Detroit Bulk Storage has been denied a permit by the Department of Environmental Quality (DEQ) to store petcoke on the banks of the Detroit River. As you may recall, they were storing giant piles of the toxic byproduct of tar sands oil refining by Koch Carbon, an energy company owned by the billionaire Koch brothers. Last year, the piles were […]Read more ›
Funny how it’s never near a posh neighborhood of mansions… Cloud of petcoke dust rises over Detroit in the summer of 2013 This past summer, thanks to the hue and cry from Democrats in Michigan as well as Detroit Mayor Dave Bing, a group owned by the notorious Koch brothers was forced to take their noxious, toxic piles of petcoke […]Read more ›
Just a totally harmless cloud of heavy metal-laden black dust, no problem at all The large piles of petcoke that have been stored on the banks of the Detroit River delivered a little surprise to the residents of Windsor across the border last weekend in the form of a thick black cloud of dust kicked up by a storm. Here’s […]Read more ›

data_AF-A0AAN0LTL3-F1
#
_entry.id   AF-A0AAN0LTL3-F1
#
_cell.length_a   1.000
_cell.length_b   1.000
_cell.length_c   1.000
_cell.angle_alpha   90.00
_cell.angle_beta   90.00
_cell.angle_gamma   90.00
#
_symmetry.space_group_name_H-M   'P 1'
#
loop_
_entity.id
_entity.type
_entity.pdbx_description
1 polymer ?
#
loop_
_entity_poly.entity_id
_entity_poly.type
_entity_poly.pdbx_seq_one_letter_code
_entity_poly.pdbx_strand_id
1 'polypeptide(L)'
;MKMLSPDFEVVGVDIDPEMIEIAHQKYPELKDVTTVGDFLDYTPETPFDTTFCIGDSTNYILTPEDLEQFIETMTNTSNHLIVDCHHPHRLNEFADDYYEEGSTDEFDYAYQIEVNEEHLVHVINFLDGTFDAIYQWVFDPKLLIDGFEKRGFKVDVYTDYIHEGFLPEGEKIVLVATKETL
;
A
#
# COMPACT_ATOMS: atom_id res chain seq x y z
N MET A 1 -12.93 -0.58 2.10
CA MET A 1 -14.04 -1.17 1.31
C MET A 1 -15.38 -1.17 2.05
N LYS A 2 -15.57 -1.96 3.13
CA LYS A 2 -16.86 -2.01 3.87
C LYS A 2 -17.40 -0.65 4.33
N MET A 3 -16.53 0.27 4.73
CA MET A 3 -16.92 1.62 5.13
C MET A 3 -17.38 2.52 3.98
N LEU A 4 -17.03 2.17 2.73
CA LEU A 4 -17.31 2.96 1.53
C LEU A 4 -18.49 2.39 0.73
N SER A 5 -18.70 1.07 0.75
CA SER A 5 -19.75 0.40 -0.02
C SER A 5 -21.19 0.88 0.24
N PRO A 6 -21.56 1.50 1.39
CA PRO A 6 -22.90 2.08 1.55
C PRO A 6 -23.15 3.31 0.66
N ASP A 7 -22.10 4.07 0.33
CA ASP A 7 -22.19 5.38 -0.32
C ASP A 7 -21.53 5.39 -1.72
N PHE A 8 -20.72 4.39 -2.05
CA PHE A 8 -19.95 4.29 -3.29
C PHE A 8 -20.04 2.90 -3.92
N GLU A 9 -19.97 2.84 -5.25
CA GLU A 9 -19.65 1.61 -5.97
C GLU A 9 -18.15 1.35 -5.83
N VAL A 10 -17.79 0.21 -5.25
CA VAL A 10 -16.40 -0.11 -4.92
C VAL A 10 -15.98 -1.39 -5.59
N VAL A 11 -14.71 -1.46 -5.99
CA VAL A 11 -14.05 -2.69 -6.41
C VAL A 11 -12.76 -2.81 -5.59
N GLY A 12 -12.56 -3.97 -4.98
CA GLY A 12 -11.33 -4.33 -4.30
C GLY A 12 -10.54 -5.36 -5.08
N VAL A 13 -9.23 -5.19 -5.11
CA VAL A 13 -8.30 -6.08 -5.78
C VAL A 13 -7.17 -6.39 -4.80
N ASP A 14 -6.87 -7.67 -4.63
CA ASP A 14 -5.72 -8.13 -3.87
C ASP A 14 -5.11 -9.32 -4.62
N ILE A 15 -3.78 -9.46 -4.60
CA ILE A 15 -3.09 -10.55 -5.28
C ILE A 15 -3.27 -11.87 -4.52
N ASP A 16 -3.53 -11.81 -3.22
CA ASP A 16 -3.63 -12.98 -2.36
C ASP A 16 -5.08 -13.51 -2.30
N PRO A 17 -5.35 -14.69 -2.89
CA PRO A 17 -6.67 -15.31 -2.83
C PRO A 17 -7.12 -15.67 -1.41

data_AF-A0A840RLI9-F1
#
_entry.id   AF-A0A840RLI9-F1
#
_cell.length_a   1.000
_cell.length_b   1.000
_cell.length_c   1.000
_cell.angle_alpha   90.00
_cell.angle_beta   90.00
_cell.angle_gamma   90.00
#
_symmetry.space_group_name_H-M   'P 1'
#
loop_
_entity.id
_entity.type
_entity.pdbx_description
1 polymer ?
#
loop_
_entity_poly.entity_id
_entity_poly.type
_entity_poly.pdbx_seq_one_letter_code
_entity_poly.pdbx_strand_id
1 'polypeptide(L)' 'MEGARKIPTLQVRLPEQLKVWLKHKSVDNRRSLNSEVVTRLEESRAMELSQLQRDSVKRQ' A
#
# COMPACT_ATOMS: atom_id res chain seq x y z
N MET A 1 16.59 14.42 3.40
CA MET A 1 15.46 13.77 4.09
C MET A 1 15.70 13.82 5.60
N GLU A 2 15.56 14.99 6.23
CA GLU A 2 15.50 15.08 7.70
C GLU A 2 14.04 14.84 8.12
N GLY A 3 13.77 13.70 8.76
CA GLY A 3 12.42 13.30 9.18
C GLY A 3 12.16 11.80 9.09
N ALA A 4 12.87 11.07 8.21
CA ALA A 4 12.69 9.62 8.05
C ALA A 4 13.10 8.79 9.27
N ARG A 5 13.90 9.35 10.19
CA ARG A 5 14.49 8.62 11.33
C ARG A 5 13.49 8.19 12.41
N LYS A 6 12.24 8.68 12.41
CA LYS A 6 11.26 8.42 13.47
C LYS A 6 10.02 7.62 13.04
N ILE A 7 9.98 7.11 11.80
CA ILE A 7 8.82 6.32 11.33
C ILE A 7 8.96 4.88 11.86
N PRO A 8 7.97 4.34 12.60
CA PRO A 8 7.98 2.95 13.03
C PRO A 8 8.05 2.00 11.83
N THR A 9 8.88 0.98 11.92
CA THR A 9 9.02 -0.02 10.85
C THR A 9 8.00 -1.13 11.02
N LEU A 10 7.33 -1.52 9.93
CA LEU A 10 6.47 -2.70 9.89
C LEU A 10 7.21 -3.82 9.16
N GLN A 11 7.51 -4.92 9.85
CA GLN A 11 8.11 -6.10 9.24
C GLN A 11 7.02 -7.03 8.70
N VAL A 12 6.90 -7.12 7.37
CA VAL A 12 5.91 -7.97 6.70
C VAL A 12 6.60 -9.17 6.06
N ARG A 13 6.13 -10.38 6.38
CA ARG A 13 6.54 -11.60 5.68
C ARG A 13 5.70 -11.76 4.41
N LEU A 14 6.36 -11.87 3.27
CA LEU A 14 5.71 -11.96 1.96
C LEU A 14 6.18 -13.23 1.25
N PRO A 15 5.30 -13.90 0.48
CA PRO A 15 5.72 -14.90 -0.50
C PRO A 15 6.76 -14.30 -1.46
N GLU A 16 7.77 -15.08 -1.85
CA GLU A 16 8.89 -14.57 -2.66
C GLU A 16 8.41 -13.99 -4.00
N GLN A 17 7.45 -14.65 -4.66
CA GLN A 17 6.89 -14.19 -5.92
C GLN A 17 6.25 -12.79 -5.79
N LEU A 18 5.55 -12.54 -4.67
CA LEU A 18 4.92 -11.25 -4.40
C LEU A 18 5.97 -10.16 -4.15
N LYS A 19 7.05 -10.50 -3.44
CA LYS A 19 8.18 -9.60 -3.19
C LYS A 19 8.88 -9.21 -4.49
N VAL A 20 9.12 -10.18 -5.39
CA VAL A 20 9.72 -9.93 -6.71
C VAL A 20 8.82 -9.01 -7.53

Nothing to see here, please hold your breath and move along As if they weren’t already dealing with enough in their daily lives, residents of downtown Detroit now have something else to contend with: exposure to toxic petroleum coke or “pet coke” dust. The Detroit Free Press is reporting that the state confirms that the dust is prevalent in the […]Read more ›
What could possibly go wrong?
On the banks of the Detroit River, giant three-story tall mountains of black rock have been accumulating, quickly and quietly enough to take a lot of Detroiters and neighboring Canadians by surprise. The piles are petroleum coke or “pet coke”, a by-product of the processing of tar sands oil from Canada. A newly upgraded Marathon Petroleum refinery in Detroit now allows them to process the tar sands oil, producing copious amounts of the high-sulfur, high-carbon waste product.
A recent New York Times article shows that Michiganders and Canadians alike are concerned by the use of land directly on the Detroit River to store the potentially hazardous pet coke.
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